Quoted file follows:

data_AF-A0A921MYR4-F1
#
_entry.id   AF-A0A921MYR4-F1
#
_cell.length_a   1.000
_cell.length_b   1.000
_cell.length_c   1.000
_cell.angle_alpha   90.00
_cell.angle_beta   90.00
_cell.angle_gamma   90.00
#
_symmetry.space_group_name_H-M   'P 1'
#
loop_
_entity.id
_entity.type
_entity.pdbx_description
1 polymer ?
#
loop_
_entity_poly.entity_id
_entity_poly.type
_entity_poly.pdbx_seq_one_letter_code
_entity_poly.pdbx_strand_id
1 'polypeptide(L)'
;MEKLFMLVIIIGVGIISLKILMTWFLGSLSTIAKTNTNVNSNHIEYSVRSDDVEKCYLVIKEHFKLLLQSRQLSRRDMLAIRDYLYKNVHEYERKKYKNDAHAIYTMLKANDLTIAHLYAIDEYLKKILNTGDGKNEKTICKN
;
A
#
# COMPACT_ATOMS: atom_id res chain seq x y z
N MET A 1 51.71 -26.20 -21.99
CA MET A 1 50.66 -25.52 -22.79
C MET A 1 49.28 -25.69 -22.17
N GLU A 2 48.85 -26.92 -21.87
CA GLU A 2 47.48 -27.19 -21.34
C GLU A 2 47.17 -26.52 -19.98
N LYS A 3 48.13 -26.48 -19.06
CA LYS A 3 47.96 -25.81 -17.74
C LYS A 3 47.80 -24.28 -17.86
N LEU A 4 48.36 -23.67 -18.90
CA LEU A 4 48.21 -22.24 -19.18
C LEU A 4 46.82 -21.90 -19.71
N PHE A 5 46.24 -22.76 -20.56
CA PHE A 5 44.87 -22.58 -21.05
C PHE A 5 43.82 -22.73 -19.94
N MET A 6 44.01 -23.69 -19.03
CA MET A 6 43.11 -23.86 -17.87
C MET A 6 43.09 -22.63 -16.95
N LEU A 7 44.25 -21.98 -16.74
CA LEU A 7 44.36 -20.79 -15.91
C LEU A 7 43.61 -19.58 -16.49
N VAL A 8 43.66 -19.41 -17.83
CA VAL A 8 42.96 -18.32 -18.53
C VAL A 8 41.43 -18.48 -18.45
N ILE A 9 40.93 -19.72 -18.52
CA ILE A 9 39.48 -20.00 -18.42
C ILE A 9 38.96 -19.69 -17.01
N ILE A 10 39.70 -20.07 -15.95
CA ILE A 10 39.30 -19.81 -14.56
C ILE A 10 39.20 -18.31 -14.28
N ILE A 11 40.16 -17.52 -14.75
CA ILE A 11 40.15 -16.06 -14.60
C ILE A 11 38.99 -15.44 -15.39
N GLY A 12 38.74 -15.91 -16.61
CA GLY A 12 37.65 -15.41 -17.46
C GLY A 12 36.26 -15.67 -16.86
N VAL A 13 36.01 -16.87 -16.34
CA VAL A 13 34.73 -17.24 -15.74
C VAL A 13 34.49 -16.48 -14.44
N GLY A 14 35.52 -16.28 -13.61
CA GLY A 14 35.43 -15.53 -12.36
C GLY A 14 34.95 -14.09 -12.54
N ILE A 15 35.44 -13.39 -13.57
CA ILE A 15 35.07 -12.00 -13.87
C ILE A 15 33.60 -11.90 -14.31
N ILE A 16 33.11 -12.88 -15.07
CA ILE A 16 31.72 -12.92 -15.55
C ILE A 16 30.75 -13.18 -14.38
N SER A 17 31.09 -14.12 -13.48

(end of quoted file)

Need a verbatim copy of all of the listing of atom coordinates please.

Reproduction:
data_AF-A0A921MYR4-F1
#
_entry.id   AF-A0A921MYR4-F1
#
_cell.length_a   1.000
_cell.length_b   1.000
_cell.length_c   1.000
_cell.angle_alpha   90.00
_cell.angle_beta   90.00
_cell.angle_gamma   90.00
#
_symmetry.space_group_name_H-M   'P 1'
#
loop_
_entity.id
_entity.type
_entity.pdbx_description
1 polymer ?
#
loop_
_entity_poly.entity_id
_entity_poly.type
_entity_poly.pdbx_seq_one_letter_code
_entity_poly.pdbx_strand_id
1 'polypeptide(L)'
;MEKLFMLVIIIGVGIISLKILMTWFLGSLSTIAKTNTNVNSNHIEYSVRSDDVEKCYLVIKEHFKLLLQSRQLSRRDMLAIRDYLYKNVHEYERKKYKNDAHAIYTMLKANDLTIAHLYAIDEYLKKILNTGDGKNEKTICKN
;
A
#
# COMPACT_ATOMS: atom_id res chain seq x y z
N MET A 1 51.71 -26.20 -21.99
CA MET A 1 50.66 -25.52 -22.79
C MET A 1 49.28 -25.69 -22.17
N GLU A 2 48.85 -26.92 -21.87
CA GLU A 2 47.48 -27.19 -21.34
C GLU A 2 47.17 -26.52 -19.98
N LYS A 3 48.13 -26.48 -19.06
CA LYS A 3 47.96 -25.81 -17.74
C LYS A 3 47.80 -24.28 -17.86
N LEU A 4 48.36 -23.67 -18.90
CA LEU A 4 48.21 -22.24 -19.18
C LEU A 4 46.82 -21.90 -19.71
N PHE A 5 46.24 -22.76 -20.56
CA PHE A 5 44.87 -22.58 -21.05
C PHE A 5 43.82 -22.73 -19.94
N MET A 6 44.01 -23.69 -19.03
CA MET A 6 43.11 -23.86 -17.87
C MET A 6 43.09 -22.63 -16.95
N LEU A 7 44.25 -21.98 -16.74
CA LEU A 7 44.36 -20.79 -15.91
C LEU A 7 43.61 -19.58 -16.49
N VAL A 8 43.66 -19.41 -17.83
CA VAL A 8 42.96 -18.32 -18.53
C VAL A 8 41.43 -18.48 -18.45
N ILE A 9 40.93 -19.72 -18.52
CA ILE A 9 39.48 -20.00 -18.42
C ILE A 9 38.96 -19.69 -17.01
N ILE A 10 39.70 -20.07 -15.95
CA ILE A 10 39.30 -19.81 -14.56
C ILE A 10 39.20 -18.31 -14.28
N ILE A 11 40.16 -17.52 -14.75
CA ILE A 11 40.15 -16.06 -14.60
C ILE A 11 38.99 -15.44 -15.39
N GLY A 12 38.74 -15.91 -16.61
CA GLY A 12 37.65 -15.41 -17.46
C GLY A 12 36.26 -15.67 -16.86
N VAL A 13 36.01 -16.87 -16.34
CA VAL A 13 34.73 -17.24 -15.74
C VAL A 13 34.49 -16.48 -14.44
N GLY A 14 35.52 -16.28 -13.61
CA GLY A 14 35.43 -15.53 -12.36
C GLY A 14 34.95 -14.09 -12.54
N ILE A 15 35.44 -13.39 -13.57
CA ILE A 15 35.07 -12.00 -13.87
C ILE A 15 33.60 -11.90 -14.31
N ILE A 16 33.11 -12.88 -15.07
CA ILE A 16 31.72 -12.92 -15.55
C ILE A 16 30.75 -13.18 -14.38
N SER A 17 31.09 -14.12 -13.48